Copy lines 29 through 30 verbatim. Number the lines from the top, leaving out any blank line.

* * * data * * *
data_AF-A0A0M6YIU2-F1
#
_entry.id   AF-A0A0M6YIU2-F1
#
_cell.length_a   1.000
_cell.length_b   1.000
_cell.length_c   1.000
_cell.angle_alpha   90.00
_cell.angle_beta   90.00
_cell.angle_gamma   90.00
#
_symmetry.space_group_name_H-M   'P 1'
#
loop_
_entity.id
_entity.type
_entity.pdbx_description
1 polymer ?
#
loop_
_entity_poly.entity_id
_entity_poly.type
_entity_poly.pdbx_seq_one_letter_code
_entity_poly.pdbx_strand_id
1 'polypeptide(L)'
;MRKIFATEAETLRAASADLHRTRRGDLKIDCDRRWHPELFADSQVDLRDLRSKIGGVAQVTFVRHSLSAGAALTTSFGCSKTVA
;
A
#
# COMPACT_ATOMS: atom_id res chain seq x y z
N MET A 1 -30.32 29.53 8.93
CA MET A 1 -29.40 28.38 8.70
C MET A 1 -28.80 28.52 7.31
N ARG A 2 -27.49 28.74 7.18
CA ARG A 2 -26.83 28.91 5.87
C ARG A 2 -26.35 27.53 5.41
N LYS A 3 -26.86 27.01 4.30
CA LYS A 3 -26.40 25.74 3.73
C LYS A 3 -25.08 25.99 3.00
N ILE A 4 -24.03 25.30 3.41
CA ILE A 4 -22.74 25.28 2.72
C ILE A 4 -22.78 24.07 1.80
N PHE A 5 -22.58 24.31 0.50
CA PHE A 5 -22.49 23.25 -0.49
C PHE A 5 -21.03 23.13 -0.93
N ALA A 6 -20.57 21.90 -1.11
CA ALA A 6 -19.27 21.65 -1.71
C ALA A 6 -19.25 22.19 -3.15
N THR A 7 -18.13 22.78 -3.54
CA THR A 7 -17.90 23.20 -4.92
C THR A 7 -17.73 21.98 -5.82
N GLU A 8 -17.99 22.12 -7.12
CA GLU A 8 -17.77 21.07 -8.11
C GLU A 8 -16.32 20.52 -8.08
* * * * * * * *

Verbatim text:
#
# COMPACT_ATOMS: atom_id res chain seq x y z